What does a care manager do and why would you want to hire one? If you’re an adult child of an aging parent, chances are you’ve wondered what the future will bring and what the options are. What will happen if Mom or Dad’s health problems get worse? Should we be looking into assisted living? How will we know when and where to find home care services?
For many families, it’s challenging to navigate the health care system for an aging adult. Often there are important decisions that have to be made about finances, medical care, and housing, and it’s even more stressful if the senior has a health care crisis. A private care manager, a professional with a background in social work, nursing, gerontology or other human services field, can guide families through every step of this journey. Care managers offer expert guidance and recommendations on state and federal resources and entitlement programs, home care services and long-term care, and referrals to legal and financial professionals. They step in to coordinate care with the senior’s medical team, and they can be the family’s eyes and ears when family members can’t be present.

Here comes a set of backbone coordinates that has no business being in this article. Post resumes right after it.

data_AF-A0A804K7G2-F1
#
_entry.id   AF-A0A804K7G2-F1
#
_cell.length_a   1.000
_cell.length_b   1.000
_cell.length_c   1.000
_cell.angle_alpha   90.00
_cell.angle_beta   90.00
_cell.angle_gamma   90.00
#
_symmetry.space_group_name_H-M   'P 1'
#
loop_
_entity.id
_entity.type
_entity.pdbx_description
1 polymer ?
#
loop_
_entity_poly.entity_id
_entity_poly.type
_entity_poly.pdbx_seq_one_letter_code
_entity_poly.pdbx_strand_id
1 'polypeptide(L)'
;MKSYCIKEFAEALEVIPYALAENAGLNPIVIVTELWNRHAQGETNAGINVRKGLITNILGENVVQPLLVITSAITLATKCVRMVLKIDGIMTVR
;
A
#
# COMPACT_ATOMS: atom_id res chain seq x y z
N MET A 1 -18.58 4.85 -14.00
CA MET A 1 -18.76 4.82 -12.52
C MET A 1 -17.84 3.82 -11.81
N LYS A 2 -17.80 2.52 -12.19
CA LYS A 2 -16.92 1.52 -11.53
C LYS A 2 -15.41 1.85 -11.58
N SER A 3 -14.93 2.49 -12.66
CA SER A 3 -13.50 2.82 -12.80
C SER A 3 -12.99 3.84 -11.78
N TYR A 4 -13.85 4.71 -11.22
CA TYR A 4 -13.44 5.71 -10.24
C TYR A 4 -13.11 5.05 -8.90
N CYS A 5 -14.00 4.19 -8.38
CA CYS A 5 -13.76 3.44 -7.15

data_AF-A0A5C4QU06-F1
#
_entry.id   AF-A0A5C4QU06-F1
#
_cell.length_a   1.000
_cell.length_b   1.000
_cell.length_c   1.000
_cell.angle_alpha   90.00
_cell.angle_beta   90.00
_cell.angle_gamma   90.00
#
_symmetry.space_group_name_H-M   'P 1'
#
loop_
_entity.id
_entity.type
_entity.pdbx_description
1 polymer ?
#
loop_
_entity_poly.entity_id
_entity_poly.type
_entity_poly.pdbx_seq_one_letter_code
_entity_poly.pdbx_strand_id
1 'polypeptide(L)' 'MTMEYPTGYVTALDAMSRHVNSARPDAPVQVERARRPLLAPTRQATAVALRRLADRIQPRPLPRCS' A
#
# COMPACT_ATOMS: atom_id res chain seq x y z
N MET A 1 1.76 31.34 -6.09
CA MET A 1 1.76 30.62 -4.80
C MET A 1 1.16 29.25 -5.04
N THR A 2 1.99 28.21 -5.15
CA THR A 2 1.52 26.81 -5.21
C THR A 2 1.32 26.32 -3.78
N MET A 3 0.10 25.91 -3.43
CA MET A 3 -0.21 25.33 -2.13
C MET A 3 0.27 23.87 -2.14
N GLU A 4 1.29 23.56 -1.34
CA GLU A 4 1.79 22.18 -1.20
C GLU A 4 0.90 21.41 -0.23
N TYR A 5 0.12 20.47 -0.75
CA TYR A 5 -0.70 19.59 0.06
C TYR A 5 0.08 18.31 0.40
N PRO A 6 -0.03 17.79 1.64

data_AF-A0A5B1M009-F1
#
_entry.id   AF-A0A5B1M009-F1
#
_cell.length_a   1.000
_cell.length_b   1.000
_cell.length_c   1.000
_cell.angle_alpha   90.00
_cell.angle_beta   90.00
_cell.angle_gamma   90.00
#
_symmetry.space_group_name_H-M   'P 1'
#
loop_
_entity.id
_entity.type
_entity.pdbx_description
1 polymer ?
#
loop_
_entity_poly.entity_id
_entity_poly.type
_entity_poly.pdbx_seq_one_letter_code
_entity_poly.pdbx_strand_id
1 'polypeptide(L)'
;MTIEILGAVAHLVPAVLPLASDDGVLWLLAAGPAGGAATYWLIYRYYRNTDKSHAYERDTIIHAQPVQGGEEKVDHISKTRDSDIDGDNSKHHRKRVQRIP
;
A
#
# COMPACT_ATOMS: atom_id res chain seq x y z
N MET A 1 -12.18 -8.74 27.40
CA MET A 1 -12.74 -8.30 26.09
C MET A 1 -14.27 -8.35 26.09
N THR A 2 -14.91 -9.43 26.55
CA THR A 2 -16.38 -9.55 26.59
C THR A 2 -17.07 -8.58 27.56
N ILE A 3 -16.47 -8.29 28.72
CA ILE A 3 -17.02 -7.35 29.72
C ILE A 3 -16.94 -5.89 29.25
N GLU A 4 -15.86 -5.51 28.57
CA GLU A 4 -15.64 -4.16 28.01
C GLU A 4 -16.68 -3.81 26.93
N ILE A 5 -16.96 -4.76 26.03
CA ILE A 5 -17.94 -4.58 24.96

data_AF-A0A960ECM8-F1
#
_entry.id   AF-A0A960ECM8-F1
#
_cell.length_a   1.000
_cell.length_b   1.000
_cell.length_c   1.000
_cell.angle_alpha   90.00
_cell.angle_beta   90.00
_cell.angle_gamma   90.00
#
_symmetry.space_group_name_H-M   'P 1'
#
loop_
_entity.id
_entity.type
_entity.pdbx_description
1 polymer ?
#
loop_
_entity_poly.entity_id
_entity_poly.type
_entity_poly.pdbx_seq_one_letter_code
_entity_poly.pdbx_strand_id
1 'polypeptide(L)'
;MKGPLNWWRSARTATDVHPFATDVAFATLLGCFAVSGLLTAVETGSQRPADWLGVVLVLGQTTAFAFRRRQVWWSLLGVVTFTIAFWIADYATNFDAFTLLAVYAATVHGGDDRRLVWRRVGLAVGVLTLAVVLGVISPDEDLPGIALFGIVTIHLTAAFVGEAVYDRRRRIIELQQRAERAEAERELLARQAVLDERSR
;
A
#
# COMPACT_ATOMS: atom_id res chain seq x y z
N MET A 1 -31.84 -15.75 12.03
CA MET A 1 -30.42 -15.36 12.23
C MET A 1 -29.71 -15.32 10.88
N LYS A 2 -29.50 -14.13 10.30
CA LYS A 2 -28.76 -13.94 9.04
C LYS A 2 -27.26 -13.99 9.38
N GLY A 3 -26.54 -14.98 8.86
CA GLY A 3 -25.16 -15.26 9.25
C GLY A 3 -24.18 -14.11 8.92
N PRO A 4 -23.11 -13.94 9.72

It all starts with a thorough assessment of the person’s mental and physical health, living situation, lifestyle, and preferences. As a care manager with a background in social work, I’ll meet with my client in his/her home, conduct a comprehensive assessment, and develop a plan with recommendations for services. For example, some people want to live as independently as possible in their own homes, but doing so safely might require home modifications and/or in-home services to help with dressing, bathing, or meal preparation. I’m very familiar with community resources and can offer suggestions on providers to contact. You don’t have to do the legwork yourself.
I can monitor services once they’re in place, and give updates to the family as needed. I’ll ensure that my client is taking medications appropriately and getting the right level of care. I often accompany the senior to doctors’ appointments to make sure everyone on the medical team is on the same page too. If the senior has dementia or another chronic illness, I help the family prepare for the future and make decisions that are in everyone’s best interest. My goal is to relieve the stress that caregivers so often feel when they don’t know where to turn.
Aging in America isn’t always easy. A care manager can make the journey smoother and give everyone greater peace of mind.